Directory copy/sync/mirror tool that uses file contents (not timestamps) to avoid touching identical files


Directory copy/sync/mirror tool that uses file contents (not timestamps) to avoid touching identical files.


Also available on Chocolatey:

cinst ContentSync


    Usage: ContentSync.exe <source> <destination> [<pattern>] [-c] [-u] [-d]
                                                              [-dc] [-ds]
                                                              [-whatif] [-q]

    Copy/mirror/sync the destination folder to look exactly like the source.
    Only modifies the destination folder, never touches the source folder.
    Copies missing files from source to destination. Overwrites files in
    destination that have different contents than in source. Deletes files from
    destination that are not in source.

    Doesn't take into account file and date timestamps, works off content only.

    -c       Copy files from source that don't exist in destination (left-only).

    -u       Update files that have changed between source and destination. This
             only overwrites the destination file if the contents are different.

    -d       Delete right-only files (that are in destination but not in

    -ds      Delete same (identical) files from destination (that exist in
             source and destination and have identical contents).

    -dc      Delete changed files from destination (can't be used with -u).

    -whatif  Print what would have been done (without changing anything).

    -q       Quiet mode. Do not output anything to the console.

    -h       Display this help and exit.

    Default is: -c -u -d (and if the pattern is not specified, it also syncs
    empty directories (creates empty directories that are in the source and
    deletes empty directories that are in the destination).

    Explicit mode: If any of -c -u -d -ds or -dc are specified explicitly,
    all the defaults for other arguments are reset to false. For instance
    if you specify -u then -c and -d default to false (and you have to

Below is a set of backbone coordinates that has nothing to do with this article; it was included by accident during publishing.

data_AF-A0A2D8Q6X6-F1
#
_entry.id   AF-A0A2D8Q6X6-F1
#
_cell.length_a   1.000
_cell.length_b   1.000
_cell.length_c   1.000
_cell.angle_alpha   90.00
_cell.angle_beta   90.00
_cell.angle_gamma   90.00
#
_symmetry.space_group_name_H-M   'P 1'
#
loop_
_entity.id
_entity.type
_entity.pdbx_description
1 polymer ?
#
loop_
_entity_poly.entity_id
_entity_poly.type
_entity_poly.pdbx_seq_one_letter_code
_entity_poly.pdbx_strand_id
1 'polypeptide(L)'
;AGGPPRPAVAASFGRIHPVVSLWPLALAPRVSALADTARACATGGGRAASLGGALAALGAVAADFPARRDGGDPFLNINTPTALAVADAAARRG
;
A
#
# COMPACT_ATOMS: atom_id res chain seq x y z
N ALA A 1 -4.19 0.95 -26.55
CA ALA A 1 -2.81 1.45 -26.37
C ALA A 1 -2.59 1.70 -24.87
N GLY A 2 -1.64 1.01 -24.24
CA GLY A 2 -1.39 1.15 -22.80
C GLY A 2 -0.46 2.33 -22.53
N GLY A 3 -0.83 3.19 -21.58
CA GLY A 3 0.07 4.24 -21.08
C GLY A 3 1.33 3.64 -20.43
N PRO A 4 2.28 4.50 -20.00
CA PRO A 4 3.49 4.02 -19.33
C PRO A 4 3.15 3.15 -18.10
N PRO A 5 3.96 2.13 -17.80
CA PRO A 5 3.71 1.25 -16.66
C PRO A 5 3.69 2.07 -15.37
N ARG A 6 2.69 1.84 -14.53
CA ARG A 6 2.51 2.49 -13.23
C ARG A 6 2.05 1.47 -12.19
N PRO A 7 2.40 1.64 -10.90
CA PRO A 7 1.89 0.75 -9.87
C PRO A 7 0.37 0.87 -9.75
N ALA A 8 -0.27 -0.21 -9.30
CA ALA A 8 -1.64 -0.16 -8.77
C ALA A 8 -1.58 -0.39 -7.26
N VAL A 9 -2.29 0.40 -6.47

specify them explicitly). But if no arguments are specified, -c -u -d
    default to true.

    You can combine -c and -u to -cu, -c and -d to -cd, -u and -d to -ud
    and -c -u -d to -cud.

    Common usage examples:
    -c to copy files missing from the destination (useful when restarting a previous failed copy operation)
    -cu -whatif to see which files have changed or are new
    -ds to delete duplicate (identical files) from destination
    -whatif to diff directories

Important! Use at your own risk.


Suppose you need to sync the contents of two large folders, Source and Destination. Normally robocopy *.* Source Destination /MIR does the job. However even if the byte content of a file didn't change, but the timestamp did, robocopy will copy the file and change the timestamp of the destination to match the source.

This is the safe and expected behavior, however there are whole classes of tools that track file modification based off the timestamp alone. For instance, MSBuild will trigger a cascading rebuild of all dependencies of a file if its timestamp has changed (even if the actual file contents is exactly the same). This is called overbuilding. A scalable build system should detect that the file contents didn’t change and avoid doing any work in this case.

Or take another example, suppose you need to upload hundreds of thousands of files to Azure using MSDeploy. If the timestamp on those files has changed, MSDeploy will upload those files even if the actual content is the same.

In general, if you’re deciding whether a file was modified based off the timestamp, you’re bound to schedule unnecessary work that could have been avoided if you checked whether the actual file bytes have changed.

This tool synchronizes the directories based on file contents and ignores timestamps completely.

How it works

It's quite simple. First it diffs the source and destination directories and builds a flat list of files 1) present only on the left, 2) present only on the right, 3) changed between left and right and 4) fully identical (having same bytes).

The algorithm is non-recursive (I hide the recursion by calling Directory.GetFiles() to establish the initial flat lists of files on the left and on the right.

The tool also syncs empty folders although it's kind of a bolt-on. Since I only built a list of files, I don't have the knowledge about the empty directories on the left and right. So (yeah, yuck) I traverse the left and right again, this time collecting all the folders on the left and all the folders on the right. Then I diff those as well.

Finally when I have the diff ready, I begin the second phase which actually does stuff to your file system. I 1) copy all the left-only files, 2) copy over all the changed files and 3) delete all the right-only files. Then I 4) create all empty directories that are left-only and 5) delete all the empty directories which are right-only.

Check out the tests

I took an opportunity to write the unit-tests in a declarative, data-driven style where there's no explicit arrange-act-assert. Instead, both the Act and Assert phases are implicit (the tests are self-verifying). All you need to specify is the initial state of the left and right folders, the test does the rest (it Acts, and then compares the left and right folders to make sure they're identical).

Read more here: